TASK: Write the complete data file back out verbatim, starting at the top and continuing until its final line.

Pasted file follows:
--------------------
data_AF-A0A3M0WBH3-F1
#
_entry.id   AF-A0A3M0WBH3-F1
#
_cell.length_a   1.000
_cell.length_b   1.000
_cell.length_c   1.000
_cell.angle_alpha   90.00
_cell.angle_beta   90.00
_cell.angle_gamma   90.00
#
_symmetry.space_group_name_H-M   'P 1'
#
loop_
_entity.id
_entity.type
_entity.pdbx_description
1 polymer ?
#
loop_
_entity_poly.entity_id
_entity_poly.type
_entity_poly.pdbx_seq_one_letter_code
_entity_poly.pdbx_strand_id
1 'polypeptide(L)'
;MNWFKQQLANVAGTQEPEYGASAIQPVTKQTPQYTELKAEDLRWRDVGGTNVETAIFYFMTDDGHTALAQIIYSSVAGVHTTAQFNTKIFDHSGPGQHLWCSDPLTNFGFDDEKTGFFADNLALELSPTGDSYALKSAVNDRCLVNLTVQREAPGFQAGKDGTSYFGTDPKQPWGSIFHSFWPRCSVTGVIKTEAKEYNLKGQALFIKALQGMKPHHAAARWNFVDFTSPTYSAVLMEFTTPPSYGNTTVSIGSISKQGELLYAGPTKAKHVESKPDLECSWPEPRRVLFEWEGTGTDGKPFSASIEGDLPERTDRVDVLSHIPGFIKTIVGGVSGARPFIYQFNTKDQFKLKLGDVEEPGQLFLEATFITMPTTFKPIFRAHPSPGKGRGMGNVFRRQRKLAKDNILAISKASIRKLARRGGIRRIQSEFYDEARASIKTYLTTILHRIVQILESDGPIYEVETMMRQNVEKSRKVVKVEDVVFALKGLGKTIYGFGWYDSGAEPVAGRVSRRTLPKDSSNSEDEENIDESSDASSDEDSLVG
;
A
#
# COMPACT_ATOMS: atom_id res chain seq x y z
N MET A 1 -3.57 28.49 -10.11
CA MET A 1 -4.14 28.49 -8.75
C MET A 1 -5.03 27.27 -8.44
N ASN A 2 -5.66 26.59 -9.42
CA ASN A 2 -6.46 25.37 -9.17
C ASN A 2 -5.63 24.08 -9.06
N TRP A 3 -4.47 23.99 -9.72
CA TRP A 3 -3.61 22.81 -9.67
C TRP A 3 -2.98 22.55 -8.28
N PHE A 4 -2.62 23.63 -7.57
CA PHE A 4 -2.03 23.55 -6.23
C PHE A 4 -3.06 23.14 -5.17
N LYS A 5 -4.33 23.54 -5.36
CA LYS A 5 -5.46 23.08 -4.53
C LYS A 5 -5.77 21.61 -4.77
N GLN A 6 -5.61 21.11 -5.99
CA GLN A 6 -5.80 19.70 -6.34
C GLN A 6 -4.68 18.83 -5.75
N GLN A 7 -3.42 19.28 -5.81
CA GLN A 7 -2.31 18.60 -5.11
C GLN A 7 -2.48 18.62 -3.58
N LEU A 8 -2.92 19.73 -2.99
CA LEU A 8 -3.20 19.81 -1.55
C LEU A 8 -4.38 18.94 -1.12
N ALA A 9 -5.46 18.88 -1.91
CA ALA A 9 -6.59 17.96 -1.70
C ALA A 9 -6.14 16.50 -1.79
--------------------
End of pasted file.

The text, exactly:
data_AF-A0A3M0WBH3-F1
#
_entry.id   AF-A0A3M0WBH3-F1
#
_cell.length_a   1.000
_cell.length_b   1.000
_cell.length_c   1.000
_cell.angle_alpha   90.00
_cell.angle_beta   90.00
_cell.angle_gamma   90.00
#
_symmetry.space_group_name_H-M   'P 1'
#
loop_
_entity.id
_entity.type
_entity.pdbx_description
1 polymer ?
#
loop_
_entity_poly.entity_id
_entity_poly.type
_entity_poly.pdbx_seq_one_letter_code
_entity_poly.pdbx_strand_id
1 'polypeptide(L)'
;MNWFKQQLANVAGTQEPEYGASAIQPVTKQTPQYTELKAEDLRWRDVGGTNVETAIFYFMTDDGHTALAQIIYSSVAGVHTTAQFNTKIFDHSGPGQHLWCSDPLTNFGFDDEKTGFFADNLALELSPTGDSYALKSAVNDRCLVNLTVQREAPGFQAGKDGTSYFGTDPKQPWGSIFHSFWPRCSVTGVIKTEAKEYNLKGQALFIKALQGMKPHHAAARWNFVDFTSPTYSAVLMEFTTPPSYGNTTVSIGSISKQGELLYAGPTKAKHVESKPDLECSWPEPRRVLFEWEGTGTDGKPFSASIEGDLPERTDRVDVLSHIPGFIKTIVGGVSGARPFIYQFNTKDQFKLKLGDVEEPGQLFLEATFITMPTTFKPIFRAHPSPGKGRGMGNVFRRQRKLAKDNILAISKASIRKLARRGGIRRIQSEFYDEARASIKTYLTTILHRIVQILESDGPIYEVETMMRQNVEKSRKVVKVEDVVFALKGLGKTIYGFGWYDSGAEPVAGRVSRRTLPKDSSNSEDEENIDESSDASSDEDSLVG
;
A
#
# COMPACT_ATOMS: atom_id res chain seq x y z
N MET A 1 -3.57 28.49 -10.11
CA MET A 1 -4.14 28.49 -8.75
C MET A 1 -5.03 27.27 -8.44
N ASN A 2 -5.66 26.59 -9.42
CA ASN A 2 -6.46 25.37 -9.17
C ASN A 2 -5.63 24.08 -9.06
N TRP A 3 -4.47 23.99 -9.72
CA TRP A 3 -3.61 22.81 -9.67
C TRP A 3 -2.98 22.55 -8.28
N PHE A 4 -2.62 23.63 -7.57
CA PHE A 4 -2.03 23.55 -6.23
C PHE A 4 -3.06 23.14 -5.17
N LYS A 5 -4.33 23.54 -5.36
CA LYS A 5 -5.46 23.08 -4.53
C LYS A 5 -5.77 21.61 -4.77
N GLN A 6 -5.61 21.11 -5.99
CA GLN A 6 -5.80 19.70 -6.34
C GLN A 6 -4.68 18.83 -5.75
N GLN A 7 -3.42 19.28 -5.81
CA GLN A 7 -2.31 18.60 -5.11
C GLN A 7 -2.48 18.62 -3.58
N LEU A 8 -2.92 19.73 -2.99
CA LEU A 8 -3.20 19.81 -1.55
C LEU A 8 -4.38 18.94 -1.12
N ALA A 9 -5.46 18.88 -1.91
CA ALA A 9 -6.59 17.96 -1.70
C ALA A 9 -6.14 16.50 -1.79